Michigan frontline workers who don’t have college degrees or high school diplomas are going to get the chance to go to college, thanks to what Gov. Gretchen Whitmer called a “first in the nation” program offering tuition-free educational opportunities.
Whitmer, along with leaders in education, business, labor and workforce development, Thursday launched the nation’s first program offering tuition-free college to an estimated 625,000 Michiganders who provided essential, frontline services during COVID-19 Stay Home, Stay Safe orders between April and June 2020.
Futures for Frontliners, inspired by the GI Bill which provided college degree to those serving their country in World War II, offers Michigan adults without college degrees or high school diplomas who provided essential services during the pandemic a tuition-free pathway to gaining the skills needed to obtain high-demand, high-wage careers.
The funding is not only available to those in the medical field, but also essential workers in manufacturing, nursing homes, grocery stores, sanitation, delivery, retail and more.
“This initiative is Michigan’s way of expressing gratitude to essential workers for protecting public health and keeping our state running,” Whitmer said. “Whether it was stocking shelves, delivering supplies, picking up trash, manufacturing PPE or providing medical care, you were there for us. Now this is your chance to pursue the degree or training you’ve been dreaming about to help you and your own family succeed.”
To be eligible for the program, applicants must:
- Be a Michigan resident.
- Have worked in an essential industry at least part-time for 11 of the 13 weeks between April 1 and June 30, 2020.
- Have been required by their job to work outside the home at least some of the time between April 1 and June 30, 2020.
- Not have previously earned an associate or bachelor’s degree.
- Not be in default on a federal student loan.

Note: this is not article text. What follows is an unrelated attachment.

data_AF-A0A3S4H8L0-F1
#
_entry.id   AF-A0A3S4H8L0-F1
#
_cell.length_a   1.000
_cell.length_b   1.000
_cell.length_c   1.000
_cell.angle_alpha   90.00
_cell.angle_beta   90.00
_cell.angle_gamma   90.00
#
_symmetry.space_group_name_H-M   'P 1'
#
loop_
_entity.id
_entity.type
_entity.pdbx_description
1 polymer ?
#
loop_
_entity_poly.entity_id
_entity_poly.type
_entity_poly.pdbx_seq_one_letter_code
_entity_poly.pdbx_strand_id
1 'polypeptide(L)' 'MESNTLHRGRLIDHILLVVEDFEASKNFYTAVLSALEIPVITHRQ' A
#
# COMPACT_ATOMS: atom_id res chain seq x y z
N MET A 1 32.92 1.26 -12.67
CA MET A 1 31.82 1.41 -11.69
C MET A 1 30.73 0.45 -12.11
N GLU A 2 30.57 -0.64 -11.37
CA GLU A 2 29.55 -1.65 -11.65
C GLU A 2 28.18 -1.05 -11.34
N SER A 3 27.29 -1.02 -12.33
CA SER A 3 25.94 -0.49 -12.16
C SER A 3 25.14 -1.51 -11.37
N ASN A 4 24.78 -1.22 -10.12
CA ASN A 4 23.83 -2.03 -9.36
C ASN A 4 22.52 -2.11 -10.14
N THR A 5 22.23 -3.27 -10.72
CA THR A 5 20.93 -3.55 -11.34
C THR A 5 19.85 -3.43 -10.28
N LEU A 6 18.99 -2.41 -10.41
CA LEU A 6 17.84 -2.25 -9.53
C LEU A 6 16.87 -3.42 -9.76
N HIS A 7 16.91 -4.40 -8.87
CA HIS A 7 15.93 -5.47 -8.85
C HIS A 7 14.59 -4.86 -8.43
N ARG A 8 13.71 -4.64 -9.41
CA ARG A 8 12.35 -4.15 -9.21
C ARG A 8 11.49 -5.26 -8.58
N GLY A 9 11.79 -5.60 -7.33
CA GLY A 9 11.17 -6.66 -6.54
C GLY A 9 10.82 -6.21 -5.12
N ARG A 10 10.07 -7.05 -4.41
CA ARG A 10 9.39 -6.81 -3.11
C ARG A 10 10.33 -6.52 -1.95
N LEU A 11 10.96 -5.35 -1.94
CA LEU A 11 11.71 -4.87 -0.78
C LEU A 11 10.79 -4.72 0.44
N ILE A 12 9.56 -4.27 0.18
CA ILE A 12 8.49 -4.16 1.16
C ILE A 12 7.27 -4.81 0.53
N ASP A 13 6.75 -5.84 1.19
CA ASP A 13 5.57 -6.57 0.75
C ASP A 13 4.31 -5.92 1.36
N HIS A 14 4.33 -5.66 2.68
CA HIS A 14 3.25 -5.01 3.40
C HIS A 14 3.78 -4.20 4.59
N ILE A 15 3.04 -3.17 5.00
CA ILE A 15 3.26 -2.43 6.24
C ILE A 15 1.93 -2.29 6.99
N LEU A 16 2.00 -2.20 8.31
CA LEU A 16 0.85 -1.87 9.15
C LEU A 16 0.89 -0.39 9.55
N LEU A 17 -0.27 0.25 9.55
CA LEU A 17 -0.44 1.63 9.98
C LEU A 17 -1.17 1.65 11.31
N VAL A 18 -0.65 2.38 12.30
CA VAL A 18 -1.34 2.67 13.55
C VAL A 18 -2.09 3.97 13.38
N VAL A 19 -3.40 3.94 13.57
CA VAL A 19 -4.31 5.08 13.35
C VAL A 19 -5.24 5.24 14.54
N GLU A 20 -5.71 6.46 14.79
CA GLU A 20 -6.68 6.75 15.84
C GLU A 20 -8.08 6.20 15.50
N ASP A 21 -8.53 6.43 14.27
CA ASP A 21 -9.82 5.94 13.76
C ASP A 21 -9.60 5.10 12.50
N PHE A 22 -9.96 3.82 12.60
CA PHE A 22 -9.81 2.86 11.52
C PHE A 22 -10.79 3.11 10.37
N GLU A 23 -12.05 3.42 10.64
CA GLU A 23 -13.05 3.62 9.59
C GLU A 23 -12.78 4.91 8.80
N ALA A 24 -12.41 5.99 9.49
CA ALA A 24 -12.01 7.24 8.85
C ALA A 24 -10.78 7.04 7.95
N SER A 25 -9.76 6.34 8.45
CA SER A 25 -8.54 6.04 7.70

- Complete a Futures for Frontliners scholarship application by 11:59 p.m., Dec. 31, 2020.
Frontline workers are encouraged to visit www.michigan.gov/Frontliners to explore career opportunities, a list of local community colleges and get started on their application – even if they don’t already have a high school diploma.
The program is a $24M investment funded by Governor’s Education Emergency Relief (GEER) Fund – part of the CARES Act, and supports the state’s Sixty by 30 goal announced at the Governor’s first state of the state address to increase the number of working-age Michiganders completing an a industry certificate, college degree or apprenticeship.
Whitmer believes a more educated workforce is essential to help businesses grow, make Michigan a more competitive state to attract jobs of the future and help families navigate a changing economy and increase income.
Michigan Department of Labor and Economic Opportunity Director Jeff Donofrio pointed out the “vast majority” of good-paying jobs continue to require at least some education beyond high school.
“Futures for Frontliners gives those who helped save lives and kept our communities operating during the height of COVID an opportunity to increase their skills and income and helps us close the state’s skills gap,” Donofrio said. “For Michigan’s economy to recover and grow, its critical we continue to provide expanded opportunities to all.”
Advocates for additional career training say Futures for Frontliners also helps them off-set training costs and provide another avenue for retention and long-term career growth.
“Michigan manufacturers have been on the front lines in defense against the COVID-19 threat, creating essential products necessary for daily life; from food and pharmaceuticals, to transportation and even toilet paper,” said John Walsh, President and CEO of the Michigan Manufacturers Association. “The Futures for Frontliners program will recognize these truly-deserving heroes, investing in their personal future as well as the economic future of our state.”
Rachel Hurst, corporate affairs manager for Kroger Co. of Michigan, said Kroger, which employs nearly 20,000 frontline associates in Michigan and beyond, said the company is “proud and thankful” for each employee who “stepped up to feed our customers and our communities” during the pandemic.
“We’re excited for them to have this hard-earned opportunity to continue their education with support from the Futures for Frontliners program which pairs well with our Feed Your Future program,” Hurst said.
Henry Ford Community College President Russ Kavalhuna said the college is “proud to support” the program. “We believe this program represents a unique, first-of-its-kind opportunity for people who have earned a college education,” Kavalhuna said. “They put themselves at risk to serve Michigan residents during a pandemic. We will put their futures at the forefront now.”